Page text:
On pitch counts and letting the game play out: “Not all pitch counts are the same. There are grinder innings. Jon Lester is a good example. He’ll have this tough first inning. Maybe he gives up one run, but he throws 35-40 pitches and leaves the bases loaded. Then he’ll cruise for the next five innings. He’ll be over 90 pitches, but he’s found his rhythm and is controlling the game. But if that stressful inning is happening later on, and guys are hitting line drives all over the place, that should be a red flag.
“Some managers seem to already have their minds made up. I feel that Joe Maddon does a great job of watching the game. He’ll let it dictate what he’s going to do. A lot of times, the game will spell out your decisions for you. If a guy is giving up rockets, you might want your bullpen up a little earlier. If he’s cruising through easy innings, whether it’s your ace or your fifth starter, you let things play out for as long as the game allows you to do that.”
On pitchers going through the order a third time: “There are going to be scenarios that come up where you’re going to go with the numbers. It’s going to be, ‘Hey, third time through the lineup doesn’t work for this guy.’ In a tight ballgame, you take him out. When you have the ability to give someone a longer leash — say you have a four- or five-run lead — you can let him go through the lineup that third time and see if he has success this time. If he does, he will gain some trust, both in himself and from the manager.
“You build a trust with your players over the course of a year. They’re gaining your trust and you’re gaining their trust. Overall, I think you address this on an individual basis. You rely on the experience you’ve had sticking with a certain guy, and on what the numbers are telling you.”
On bullpen leverage and using your closer before the ninth: “I’m big on getting the big outs when you need them, but at the same time, it’s a different situation. I’d have to talk to my closer and make sure he was comfortable doing that. I like guys in roles, and if a role changes, I think you need to talk about it. That goes back to what I was saying about trust and knowing what your players can do. There are guys who handle a clean inning better than coming in with men on base. Personality trait comes in, as well as the numbers and how the lineup is stacking up.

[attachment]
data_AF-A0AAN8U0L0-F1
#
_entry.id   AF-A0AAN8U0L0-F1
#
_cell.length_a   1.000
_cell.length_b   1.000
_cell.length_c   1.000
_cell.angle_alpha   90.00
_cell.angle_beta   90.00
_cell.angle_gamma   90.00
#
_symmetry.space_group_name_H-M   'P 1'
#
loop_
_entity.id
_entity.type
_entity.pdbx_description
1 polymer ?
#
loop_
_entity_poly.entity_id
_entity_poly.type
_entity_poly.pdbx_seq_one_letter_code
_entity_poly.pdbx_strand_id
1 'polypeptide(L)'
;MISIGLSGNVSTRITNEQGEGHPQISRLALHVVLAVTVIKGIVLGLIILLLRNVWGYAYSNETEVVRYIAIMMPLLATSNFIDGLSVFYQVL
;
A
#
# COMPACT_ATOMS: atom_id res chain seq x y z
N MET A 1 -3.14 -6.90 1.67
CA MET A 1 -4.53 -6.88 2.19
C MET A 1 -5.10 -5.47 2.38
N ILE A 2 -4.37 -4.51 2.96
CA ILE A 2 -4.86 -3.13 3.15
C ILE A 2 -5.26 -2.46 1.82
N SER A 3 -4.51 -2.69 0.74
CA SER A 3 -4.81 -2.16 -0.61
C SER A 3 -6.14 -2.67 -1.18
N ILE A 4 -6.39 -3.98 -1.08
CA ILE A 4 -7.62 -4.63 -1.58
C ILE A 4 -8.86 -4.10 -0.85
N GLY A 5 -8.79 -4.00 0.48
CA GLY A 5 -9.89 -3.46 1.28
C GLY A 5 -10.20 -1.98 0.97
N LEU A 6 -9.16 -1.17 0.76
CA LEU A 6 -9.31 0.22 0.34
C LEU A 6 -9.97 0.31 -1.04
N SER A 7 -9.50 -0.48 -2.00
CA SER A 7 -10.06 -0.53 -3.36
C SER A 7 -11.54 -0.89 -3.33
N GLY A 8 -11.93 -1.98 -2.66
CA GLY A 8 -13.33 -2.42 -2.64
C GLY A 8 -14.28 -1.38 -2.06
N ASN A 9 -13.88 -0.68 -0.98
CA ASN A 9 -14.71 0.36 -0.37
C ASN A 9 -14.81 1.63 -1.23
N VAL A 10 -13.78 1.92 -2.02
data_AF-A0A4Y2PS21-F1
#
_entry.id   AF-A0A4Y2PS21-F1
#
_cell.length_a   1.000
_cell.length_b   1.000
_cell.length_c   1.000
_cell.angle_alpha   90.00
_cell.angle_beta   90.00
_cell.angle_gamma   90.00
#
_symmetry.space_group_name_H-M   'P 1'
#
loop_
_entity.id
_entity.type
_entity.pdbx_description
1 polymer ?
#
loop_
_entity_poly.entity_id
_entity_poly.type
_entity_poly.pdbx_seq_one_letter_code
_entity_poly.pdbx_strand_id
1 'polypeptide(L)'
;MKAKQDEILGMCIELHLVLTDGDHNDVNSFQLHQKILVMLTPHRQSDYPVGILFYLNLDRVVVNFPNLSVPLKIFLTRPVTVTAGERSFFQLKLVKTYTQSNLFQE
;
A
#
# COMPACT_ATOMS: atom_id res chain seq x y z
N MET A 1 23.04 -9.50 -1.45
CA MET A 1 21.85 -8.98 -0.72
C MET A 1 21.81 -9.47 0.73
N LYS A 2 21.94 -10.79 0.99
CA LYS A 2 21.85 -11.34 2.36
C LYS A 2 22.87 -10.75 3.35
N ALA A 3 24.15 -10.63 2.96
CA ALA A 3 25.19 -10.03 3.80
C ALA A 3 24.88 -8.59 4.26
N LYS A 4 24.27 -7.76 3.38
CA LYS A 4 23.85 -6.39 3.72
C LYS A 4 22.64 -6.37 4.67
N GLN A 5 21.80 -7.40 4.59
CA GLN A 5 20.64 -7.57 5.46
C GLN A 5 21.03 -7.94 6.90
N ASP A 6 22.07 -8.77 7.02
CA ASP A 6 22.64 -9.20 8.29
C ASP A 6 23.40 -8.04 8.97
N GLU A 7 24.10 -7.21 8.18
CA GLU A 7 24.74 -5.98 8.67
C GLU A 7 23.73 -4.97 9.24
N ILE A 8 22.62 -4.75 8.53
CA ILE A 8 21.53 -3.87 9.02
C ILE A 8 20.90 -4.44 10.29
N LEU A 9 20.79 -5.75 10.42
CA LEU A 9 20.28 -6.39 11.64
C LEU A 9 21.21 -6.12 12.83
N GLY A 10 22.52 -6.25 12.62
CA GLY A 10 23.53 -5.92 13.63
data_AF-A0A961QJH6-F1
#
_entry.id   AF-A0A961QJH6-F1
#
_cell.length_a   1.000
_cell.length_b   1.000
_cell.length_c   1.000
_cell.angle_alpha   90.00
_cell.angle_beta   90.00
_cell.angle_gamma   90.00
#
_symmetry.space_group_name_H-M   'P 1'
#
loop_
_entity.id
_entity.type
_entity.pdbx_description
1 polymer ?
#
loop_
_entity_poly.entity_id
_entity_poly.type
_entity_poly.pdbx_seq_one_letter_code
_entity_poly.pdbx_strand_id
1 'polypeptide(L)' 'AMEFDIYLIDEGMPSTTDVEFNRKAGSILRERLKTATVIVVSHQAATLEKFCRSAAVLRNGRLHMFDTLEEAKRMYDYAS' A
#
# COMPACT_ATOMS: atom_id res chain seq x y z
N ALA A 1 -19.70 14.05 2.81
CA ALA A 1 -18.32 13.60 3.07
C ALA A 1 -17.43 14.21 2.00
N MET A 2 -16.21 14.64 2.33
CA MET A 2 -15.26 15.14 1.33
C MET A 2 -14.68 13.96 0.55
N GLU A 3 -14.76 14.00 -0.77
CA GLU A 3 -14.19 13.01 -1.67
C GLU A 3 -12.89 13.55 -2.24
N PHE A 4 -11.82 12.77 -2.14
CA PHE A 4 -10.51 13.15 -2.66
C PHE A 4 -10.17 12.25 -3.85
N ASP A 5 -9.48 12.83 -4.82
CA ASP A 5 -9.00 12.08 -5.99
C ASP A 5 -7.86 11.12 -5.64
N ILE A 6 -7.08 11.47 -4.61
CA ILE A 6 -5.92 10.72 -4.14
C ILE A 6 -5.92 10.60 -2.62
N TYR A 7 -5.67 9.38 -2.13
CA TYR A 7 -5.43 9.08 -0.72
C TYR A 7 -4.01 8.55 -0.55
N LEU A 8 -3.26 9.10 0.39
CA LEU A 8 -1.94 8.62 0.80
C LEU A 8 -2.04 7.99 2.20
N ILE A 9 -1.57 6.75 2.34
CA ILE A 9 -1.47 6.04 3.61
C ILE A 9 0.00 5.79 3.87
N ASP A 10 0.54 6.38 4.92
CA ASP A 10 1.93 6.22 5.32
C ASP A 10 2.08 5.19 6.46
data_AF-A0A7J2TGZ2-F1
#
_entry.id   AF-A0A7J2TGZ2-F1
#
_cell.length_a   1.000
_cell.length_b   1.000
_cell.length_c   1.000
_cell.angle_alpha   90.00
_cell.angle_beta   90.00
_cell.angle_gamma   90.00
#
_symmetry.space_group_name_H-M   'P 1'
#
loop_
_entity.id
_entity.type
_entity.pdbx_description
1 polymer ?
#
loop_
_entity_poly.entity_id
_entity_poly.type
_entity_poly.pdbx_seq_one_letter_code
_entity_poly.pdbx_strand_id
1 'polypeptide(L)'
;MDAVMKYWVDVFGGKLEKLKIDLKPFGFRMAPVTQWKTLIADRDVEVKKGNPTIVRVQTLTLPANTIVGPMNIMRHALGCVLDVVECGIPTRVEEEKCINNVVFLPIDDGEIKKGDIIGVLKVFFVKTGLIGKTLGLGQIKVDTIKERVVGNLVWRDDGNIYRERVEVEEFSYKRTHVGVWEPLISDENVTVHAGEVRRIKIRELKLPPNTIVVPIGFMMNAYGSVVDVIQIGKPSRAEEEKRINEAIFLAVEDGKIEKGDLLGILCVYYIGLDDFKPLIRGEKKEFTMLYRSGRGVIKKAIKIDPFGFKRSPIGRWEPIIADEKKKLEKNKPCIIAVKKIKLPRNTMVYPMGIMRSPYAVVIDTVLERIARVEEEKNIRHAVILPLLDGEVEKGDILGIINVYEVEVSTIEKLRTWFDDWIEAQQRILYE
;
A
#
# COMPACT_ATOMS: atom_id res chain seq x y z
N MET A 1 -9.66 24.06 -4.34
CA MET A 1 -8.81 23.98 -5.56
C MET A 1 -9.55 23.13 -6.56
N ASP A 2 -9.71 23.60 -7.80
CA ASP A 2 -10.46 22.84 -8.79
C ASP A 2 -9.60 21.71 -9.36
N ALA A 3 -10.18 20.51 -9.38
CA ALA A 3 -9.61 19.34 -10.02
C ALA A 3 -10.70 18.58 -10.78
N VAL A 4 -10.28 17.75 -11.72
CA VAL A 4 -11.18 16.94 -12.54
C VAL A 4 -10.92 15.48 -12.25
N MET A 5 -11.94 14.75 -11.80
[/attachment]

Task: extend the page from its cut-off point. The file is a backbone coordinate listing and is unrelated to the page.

“There are going to be days where your closer isn’t available and you have to go with match-ups in the ninth. But I’d rather save my closer for the end of the game. I can more easily manage his innings that way, and I think it helps the flow of the game, not having to make pitching changes in the ninth.”
On defensive shifts: “I like shifting. I believe in it. Anything where the numbers show you have a better chance of getting someone out, you do it. I actually don’t think the outfield gets shifted enough. I think it should be moved way more than it is. When I’m behind the plate calling a game, I know that certain guys can’t drive the ball to the opposite field against certain guys I’m catching.
“Those things are constantly being tweaked. I have a couple of ideas about shifting guys who bunt. I’ve come up with a few secrets, although I don’t want to divulge them yet. A lot of pure pull hitters are slow, and there are some things you can do to mess with them.